I unclasp vanity, its rope of turquoise beads,
from around the circumference of my neck.
Its weight chafes; my neck muscles ache,
stiff and sore from its accessory load.
There is freedom in plain-ness;
soft interlochen cotton shirts,
an unadorned form tucked into faded blue
denim jeans, broken-in by a hundred washings—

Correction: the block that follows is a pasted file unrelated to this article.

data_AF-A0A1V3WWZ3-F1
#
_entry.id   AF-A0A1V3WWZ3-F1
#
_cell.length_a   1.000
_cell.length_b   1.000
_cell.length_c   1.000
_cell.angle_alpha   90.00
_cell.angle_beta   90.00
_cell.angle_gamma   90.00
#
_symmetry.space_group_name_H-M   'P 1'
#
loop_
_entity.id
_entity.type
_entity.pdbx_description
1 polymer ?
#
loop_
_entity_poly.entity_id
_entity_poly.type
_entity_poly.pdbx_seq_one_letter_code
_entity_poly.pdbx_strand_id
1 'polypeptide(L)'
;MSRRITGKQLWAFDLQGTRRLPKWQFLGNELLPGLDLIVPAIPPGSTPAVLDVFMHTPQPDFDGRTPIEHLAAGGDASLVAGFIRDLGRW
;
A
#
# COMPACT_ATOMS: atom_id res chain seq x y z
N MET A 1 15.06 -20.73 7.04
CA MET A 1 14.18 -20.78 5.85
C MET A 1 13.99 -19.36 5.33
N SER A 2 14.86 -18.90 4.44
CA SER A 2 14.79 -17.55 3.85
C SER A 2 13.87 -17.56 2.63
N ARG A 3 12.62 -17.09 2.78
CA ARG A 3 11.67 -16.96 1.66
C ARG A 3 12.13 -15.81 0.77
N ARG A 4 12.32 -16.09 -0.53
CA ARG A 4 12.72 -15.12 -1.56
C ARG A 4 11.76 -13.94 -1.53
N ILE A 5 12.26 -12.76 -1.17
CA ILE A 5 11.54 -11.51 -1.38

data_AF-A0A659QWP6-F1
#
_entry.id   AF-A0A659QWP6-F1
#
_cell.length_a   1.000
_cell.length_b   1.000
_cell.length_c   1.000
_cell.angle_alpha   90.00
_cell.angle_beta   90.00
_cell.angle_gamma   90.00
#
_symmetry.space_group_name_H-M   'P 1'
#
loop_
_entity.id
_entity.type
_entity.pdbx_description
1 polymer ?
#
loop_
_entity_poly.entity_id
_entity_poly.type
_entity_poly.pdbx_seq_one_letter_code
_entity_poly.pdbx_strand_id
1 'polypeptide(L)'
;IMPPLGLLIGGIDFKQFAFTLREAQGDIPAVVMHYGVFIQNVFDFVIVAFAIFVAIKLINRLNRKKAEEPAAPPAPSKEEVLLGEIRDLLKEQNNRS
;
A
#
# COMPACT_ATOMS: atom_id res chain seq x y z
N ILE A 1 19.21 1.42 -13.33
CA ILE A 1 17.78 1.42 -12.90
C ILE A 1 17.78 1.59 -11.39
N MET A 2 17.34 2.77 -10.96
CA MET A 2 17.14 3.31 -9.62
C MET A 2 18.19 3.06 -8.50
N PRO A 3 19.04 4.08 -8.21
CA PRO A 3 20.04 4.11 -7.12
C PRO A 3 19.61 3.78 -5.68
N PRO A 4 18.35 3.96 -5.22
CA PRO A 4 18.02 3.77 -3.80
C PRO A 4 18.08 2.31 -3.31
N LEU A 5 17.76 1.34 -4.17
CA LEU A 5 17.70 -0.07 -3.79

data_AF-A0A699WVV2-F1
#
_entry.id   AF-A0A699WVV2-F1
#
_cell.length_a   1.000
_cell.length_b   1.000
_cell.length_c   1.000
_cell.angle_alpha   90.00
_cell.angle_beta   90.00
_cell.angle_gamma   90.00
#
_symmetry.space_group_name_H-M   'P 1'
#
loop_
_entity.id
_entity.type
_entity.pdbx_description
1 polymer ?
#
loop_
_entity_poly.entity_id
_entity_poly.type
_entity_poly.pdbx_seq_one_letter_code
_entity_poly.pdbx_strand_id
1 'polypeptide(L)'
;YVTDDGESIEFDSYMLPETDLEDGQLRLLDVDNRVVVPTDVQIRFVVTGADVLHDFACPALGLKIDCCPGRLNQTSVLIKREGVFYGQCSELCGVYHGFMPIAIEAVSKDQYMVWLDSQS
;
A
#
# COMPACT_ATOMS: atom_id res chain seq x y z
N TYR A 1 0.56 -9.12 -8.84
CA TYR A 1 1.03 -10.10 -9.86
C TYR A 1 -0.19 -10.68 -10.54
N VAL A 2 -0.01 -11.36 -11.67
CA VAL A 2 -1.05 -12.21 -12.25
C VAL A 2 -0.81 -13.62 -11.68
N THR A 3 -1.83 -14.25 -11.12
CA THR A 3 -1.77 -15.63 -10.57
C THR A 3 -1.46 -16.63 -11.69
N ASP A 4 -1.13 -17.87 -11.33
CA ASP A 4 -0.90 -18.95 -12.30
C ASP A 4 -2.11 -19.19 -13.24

unrestricted movement, the waistband elastic.
Feet in loafers, heels shoved to the back
of the bedroom closet, toes stretch
in relieved gratitude.
An identity of acceptance, the
need to make an artificial impression—
of no consequence, of minimal importance.
And like my body, I wrap my words,
the poems of my heart, my life
in plain paper covers: unwrapped
they must speak for themselves or
not at all.
c.Darlene Moore Berg